But not everyone is convinced that this is Apple’s main aim. “A few folks have suggested this could be a way to launch Apple Card (or path to Apple Card) in the UK,” according to Taylor. “The idea being lower-income segments would be worthy of an Apple Card. This is no doubt a possibility, but it’s also an expensive market entry for what could have just been a partnership with an issuer like they did in the US.” Ron Shevlin, chief research officer at Cornerstone Advisors, also sees this as unlikely. “This seems highly improbable to me. Apple still needs a chartered financial institution to partner with in the UK in order to offer its credit card,” Shevlin wrote in a recent Forbes article. “Just as Goldman Sachs provides the credit underwriting models for the Apple Card in the US, a UK financial institution is likely to bring its own credit models to the table for a UK-based Apple Card offering.”
Perhaps a more likely explanation for the purchase can be found in a March 30th article from Bloomberg titled “Apple Working to Bring More Financial Services In-House”. The company’s initiative is being dubbed “Breakout” and reportedly involves developing its own payment-processing technology and infrastructure for future financial products, thus lowering its reliance on external partners over time. “A multiyear plan would bring a wide range of financial tasks in-house,” the article stated, based on the information it had received from unnamed sources. It also identified payment processing, risk assessment for lending, fraud analysis, credit checks and additional customer-service functions such as handling disputes as some of the key services being targeted by Apple. “Last week, Apple acquired U.K.-based start-up Credit Kudos Ltd., which uses bank data to make lending decisions. The company will likely tap that technology to help build its own infrastructure,” it added.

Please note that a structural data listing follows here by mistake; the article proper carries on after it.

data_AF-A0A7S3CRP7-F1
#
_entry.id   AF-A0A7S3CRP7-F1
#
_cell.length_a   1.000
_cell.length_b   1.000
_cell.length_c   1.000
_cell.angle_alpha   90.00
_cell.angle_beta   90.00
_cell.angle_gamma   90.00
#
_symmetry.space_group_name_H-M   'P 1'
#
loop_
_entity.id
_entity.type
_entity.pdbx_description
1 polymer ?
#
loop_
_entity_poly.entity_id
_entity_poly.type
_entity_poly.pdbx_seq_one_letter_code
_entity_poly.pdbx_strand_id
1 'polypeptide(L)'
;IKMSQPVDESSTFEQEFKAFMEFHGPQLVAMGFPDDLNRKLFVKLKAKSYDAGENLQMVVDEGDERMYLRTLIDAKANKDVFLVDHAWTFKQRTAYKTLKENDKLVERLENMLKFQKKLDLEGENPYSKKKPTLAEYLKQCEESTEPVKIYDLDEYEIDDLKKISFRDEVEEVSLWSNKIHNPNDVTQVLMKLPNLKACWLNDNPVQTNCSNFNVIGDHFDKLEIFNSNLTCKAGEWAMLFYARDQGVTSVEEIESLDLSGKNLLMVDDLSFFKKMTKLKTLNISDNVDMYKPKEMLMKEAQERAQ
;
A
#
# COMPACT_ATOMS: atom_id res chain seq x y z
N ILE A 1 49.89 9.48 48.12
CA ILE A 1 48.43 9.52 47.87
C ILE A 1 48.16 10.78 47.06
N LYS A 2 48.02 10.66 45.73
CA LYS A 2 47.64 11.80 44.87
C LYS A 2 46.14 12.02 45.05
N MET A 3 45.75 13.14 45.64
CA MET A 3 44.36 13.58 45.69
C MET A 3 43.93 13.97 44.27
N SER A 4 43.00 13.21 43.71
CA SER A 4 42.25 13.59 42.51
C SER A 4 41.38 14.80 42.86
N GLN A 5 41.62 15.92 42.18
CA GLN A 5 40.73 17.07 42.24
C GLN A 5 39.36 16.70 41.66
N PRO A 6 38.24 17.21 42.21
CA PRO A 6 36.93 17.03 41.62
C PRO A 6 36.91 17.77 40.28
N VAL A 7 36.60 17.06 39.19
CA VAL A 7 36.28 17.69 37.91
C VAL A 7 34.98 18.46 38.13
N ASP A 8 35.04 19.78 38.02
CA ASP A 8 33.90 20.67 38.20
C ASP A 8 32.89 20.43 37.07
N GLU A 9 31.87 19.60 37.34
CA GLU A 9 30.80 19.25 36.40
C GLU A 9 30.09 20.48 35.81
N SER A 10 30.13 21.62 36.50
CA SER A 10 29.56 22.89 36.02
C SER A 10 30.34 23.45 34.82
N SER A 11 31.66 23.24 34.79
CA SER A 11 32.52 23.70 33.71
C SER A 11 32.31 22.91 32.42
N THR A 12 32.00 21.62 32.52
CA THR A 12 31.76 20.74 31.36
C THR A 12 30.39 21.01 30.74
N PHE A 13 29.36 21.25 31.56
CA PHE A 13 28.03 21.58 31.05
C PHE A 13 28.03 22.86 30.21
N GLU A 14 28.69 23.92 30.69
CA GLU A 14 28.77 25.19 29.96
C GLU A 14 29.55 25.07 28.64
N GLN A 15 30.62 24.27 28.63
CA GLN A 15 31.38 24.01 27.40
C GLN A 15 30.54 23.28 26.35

With Apple seemingly stepping up its efforts to bring a range of financial services in-house, it would certainly seem that the acquisition of an open-banking company that improves loan-underwriting capabilities would help it achieve its financial-services ambitions. According to Tom Noyes, the chief executive officer and founder of crypto start-up Accept Payments and partner at investment firm StarPoint LLP, moreover, such moves are part of a broader strategy from Apple, which includes: owning the payments “supply chain” by minimizing any external vendors (software) and partners touching consumer data; enabling expansion of Apple Card; reducing network costs and improving integration into local schemes such as India’s Unified Payments Interface (UPI); improving consumer experience by enabling Apple Cash in every market and connecting to local schemes; and enabling iPhone expansion to areas without adequate access to consumer credit.